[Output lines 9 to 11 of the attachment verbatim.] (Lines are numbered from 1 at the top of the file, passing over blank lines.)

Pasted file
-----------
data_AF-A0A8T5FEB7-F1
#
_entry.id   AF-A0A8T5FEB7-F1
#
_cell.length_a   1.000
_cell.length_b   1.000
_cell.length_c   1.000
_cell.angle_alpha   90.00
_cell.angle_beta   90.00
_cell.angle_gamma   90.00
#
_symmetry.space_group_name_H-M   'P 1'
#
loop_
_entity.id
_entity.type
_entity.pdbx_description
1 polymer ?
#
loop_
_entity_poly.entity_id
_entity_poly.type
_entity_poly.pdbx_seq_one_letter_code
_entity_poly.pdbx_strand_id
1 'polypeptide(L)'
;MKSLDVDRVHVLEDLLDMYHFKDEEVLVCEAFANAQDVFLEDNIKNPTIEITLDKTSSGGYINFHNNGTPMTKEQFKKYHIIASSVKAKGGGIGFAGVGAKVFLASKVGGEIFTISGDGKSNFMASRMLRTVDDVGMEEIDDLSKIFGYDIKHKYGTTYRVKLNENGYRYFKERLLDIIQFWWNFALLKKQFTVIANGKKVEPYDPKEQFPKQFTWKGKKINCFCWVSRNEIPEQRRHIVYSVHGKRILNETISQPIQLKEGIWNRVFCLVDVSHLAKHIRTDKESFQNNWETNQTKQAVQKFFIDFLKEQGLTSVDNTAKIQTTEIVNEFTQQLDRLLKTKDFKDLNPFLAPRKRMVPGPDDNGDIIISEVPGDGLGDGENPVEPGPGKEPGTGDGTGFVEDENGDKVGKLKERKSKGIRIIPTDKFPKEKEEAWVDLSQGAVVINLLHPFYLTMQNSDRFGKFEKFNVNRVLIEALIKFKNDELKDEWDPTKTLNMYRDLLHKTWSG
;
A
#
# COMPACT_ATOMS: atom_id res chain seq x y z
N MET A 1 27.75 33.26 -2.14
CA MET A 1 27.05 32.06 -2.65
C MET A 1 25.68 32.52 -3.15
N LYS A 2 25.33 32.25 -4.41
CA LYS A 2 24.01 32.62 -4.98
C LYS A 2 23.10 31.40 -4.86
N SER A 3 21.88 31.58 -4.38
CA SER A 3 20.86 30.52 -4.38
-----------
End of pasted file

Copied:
_cell.angle_beta   90.00
_cell.angle_gamma   90.00
#